Dr. Amabel Liao, the fourth President of Western Philippines University (WPU), spoke on the spirit of the college during the celebration of the university’ 114th Foundation and 20th University Day this Thursday, the first event in a four-day long celebration of WPU’s students, faculty, and alumni.

Established on February 28, 1910, WPU celebrated this year’s foundation day event a day later in order for a series of university-related events to be done in successive days. This included a Faculty, Alumni, Non-Teaching Personnel, & Students Day on March 1, a grand alumni homecoming event on March 2, a rodeo show, and a barn dance on March 4, to end with a Faculty and Staff Night to celebrate University Day on March 5.

Liao, who was sworn into her position on February 26, encouraged the community to share in the university’s festivities, one way of which was to invite high school students from public schools in Aborlan to compete in a drum and lyre competition, a street dance/hip-hop competition, and a Battle of the Bands.

During the opening program, Liao referred to her new position as a way of coming back home and paying homage to her roots. Her grandfathers on both sides were involved with the WPU as a former principal and farm manager in the 1950s, when the university was still known as Aborlan Agricultural High School.

“I am more honored to have lived and breathed with them in the peaceful and close-knit community of Aborlan and to be able to call them family and friends. (…) I have equipped myself with technical and management expertise wrought from rigid education, training, and experience. These have given me the confidence that I will be able to continue what the great leaders of this institution have set out to do,” she said.

Revitalizing the institution

A former Vice President of Finance and Administration at Palawan State University, Liao wanted to ensure that the resources WPU provided were of great quality. This meant collaboration with external stakeholders, and other regional and international work to bolster WPU’s research and educational services.

“We have a 72% licensure passing for the recent mechanical engineering exams, that’s way above the national passing. I saw how difficult it was for the students here, yung kanilang mga teachers nahihirapan. They’re overloaded or delayed ang sweldo ang facilities hindi masyadong naipo-provide, hindi sila nabibigyan incentives for skills or scholarships. And yet, ganito ang accomplishments,” she said.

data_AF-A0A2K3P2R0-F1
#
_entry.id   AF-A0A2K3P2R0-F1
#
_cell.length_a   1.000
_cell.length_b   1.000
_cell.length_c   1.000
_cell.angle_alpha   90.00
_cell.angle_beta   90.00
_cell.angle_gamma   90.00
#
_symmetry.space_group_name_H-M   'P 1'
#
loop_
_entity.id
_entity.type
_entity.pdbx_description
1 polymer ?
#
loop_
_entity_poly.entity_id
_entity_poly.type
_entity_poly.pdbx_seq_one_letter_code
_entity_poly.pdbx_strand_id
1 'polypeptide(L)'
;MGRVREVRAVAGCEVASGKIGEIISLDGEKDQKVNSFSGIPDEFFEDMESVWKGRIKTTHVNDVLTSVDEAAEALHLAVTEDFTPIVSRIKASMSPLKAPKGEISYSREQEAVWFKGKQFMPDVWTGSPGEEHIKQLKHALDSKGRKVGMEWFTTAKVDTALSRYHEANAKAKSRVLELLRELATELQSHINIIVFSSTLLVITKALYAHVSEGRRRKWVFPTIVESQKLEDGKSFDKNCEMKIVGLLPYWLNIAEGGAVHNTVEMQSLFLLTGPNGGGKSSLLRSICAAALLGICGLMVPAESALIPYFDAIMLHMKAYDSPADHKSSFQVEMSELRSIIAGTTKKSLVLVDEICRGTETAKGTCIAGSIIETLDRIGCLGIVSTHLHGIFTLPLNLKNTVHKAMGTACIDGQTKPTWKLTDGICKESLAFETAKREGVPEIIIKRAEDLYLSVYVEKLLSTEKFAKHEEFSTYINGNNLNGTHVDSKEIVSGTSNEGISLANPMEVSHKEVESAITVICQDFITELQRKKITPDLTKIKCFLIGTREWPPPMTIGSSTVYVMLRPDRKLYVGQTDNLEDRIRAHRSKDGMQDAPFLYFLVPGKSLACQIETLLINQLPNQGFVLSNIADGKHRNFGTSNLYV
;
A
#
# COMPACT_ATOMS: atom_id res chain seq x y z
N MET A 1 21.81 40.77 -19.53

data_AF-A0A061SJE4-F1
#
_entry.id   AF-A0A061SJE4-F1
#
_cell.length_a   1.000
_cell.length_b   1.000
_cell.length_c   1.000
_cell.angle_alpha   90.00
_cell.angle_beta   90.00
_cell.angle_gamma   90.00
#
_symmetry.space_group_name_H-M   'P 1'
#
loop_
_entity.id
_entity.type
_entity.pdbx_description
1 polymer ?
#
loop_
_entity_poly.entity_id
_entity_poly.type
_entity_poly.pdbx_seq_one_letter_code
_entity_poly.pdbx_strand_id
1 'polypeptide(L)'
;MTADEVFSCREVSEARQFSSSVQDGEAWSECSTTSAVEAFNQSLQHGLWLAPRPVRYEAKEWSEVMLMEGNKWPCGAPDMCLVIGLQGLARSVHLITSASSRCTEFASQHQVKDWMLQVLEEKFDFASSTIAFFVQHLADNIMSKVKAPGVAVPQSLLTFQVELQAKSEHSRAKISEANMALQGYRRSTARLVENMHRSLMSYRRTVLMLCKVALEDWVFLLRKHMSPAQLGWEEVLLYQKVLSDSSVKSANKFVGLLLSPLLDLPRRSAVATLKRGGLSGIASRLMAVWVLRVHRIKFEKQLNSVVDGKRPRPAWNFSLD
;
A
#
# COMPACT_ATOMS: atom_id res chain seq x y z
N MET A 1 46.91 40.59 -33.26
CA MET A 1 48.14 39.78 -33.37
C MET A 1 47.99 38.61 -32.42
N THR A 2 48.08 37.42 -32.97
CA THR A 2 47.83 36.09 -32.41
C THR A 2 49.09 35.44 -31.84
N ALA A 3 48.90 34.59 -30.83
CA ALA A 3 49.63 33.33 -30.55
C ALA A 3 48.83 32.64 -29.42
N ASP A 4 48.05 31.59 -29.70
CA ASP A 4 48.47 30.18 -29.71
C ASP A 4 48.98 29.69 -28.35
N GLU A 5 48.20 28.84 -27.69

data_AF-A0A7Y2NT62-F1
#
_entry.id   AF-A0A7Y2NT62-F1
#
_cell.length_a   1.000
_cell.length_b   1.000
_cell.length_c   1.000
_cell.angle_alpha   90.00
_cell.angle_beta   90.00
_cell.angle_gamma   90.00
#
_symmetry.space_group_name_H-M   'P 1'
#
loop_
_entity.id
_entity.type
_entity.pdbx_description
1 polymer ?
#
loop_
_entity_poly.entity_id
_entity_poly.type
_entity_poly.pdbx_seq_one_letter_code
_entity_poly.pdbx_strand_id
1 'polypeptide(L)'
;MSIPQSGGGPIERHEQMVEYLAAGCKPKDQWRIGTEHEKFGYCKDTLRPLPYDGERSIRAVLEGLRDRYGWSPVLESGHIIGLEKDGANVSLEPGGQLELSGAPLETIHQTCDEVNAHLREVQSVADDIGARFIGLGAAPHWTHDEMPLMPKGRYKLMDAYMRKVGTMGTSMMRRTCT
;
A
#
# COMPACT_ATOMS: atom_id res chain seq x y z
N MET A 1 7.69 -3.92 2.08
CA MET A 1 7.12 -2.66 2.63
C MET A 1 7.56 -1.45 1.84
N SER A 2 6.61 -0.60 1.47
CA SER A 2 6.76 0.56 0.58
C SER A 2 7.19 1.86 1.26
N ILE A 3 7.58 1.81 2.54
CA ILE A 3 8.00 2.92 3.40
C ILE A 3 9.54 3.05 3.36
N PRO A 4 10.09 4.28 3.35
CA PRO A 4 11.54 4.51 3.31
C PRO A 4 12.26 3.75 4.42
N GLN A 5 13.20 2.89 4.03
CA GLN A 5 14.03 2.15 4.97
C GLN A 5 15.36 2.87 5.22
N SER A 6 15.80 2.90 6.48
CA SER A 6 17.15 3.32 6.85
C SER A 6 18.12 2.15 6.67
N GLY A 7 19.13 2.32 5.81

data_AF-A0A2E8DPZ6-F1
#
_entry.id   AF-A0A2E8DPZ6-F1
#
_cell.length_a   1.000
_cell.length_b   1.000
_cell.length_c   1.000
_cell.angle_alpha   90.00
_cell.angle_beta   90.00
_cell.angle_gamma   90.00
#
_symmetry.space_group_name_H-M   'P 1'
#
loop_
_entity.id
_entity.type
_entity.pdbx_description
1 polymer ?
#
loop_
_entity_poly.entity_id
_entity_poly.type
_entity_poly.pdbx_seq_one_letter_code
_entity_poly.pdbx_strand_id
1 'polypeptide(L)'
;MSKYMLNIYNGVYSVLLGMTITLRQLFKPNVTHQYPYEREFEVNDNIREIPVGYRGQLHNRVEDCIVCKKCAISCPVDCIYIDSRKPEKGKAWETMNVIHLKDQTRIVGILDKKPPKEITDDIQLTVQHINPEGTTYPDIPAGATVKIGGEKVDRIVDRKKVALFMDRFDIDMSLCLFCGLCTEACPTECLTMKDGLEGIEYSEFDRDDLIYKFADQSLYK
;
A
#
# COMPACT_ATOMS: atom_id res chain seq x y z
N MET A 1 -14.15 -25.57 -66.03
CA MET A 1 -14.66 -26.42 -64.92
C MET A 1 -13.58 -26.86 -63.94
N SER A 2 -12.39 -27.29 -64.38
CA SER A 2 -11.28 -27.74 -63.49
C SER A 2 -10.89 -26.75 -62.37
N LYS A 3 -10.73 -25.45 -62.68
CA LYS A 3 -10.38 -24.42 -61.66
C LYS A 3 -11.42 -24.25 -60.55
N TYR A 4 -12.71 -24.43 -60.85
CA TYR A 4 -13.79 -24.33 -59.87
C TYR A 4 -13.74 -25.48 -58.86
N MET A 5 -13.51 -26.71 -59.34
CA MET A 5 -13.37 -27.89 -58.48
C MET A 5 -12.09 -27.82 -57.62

“I will make sure to deload those teachers and that the students will have a better time studying maka-access sila lahat ng support para makaaral sila. Kung hirap na hirap sila ngayon, pero ganito ang kanilang achievement, what more kapag pinagaan natin ang buhay nila?” Liao said.

Liao was also inspired by how openly accepting the community was of the change in administration. Though she was due for a few more courtesy visits this March, there were already parents and representatives from local government units and non-government organizations who came forward with their messages of support to the new administration.

Her time as the former Vice President of Finance and Administration for Palawan State University instilled in her a sense of involving the educational institution in socio-economic programs, to provide a healthy and direct connection of the students and faculty to the local economy.

“I am a finance person; I have a degree in economics (…) ito talaga yung forte ko. Fortunately, yung parts na medyo need improvement in WPU are also in finance and administration. They have the resources, they have many strengths, they just need to harness them well to propel the university,” Liao said.

Research into produce and other fields of environmental study will also be highlighted under Liao’s administration, as aside from revitalizing the lands unused by WPU into local research facilities, Liao’s goal for WPU is to get international accreditation and establish the first School of Oceanography in the country.

WPU as a sleeping giant

Liao’s main plans for this quarter were to bolster the WPU main and external campuses and integrate into them specialties suited to their local environment. This was both to maximize the use of their local resources, and to delegate managerial tasks so as to prevent faculty and staff from being overwhelmed and overloaded with work.

“For example, the logistics of ICT is really more nasa urban center sa Puerto Princesa, so doon natin ilalagay yung puso ng OCT para kung malakas ang generation natin mas Madali siyang makakapagdistribute sa mga satellite. (…) Our El Nido campus, their strength is tourism, so the whole [WPU body] is looking for them towards development also,” Liao noted, adding that the main campus has ties with the Department of Agriculture.

Using the Puerto Princesa City campus’ College of Fisheries standard as a Center of Excellence, Liao said that focusing on these specific skills on one campus would contribute to the development of the entire institution, instead of generalizing them towards one goal.

Although she has big plans lined up for regional and international partnerships for WPU, for now Liao will spend the next few days getting to know the students, faculty, and stakeholders that make up WPU to fully hear out their concerns.

“For this year, I realize we will not be able to help the community and make a difference outside of the university if yung university mismo ay hirap pa. For now, kailangan muna nating gawing happy ang lahat ng tao sa university. (…) Kapag organized na sila, then they will be willing to go,” Liao said.

“Papabangunin muna natin sila, at kapag ready na sila sila na mismo ang kukusa at lalabas sa mundo. We cannot go out into the world if we are not able to help ourselves.”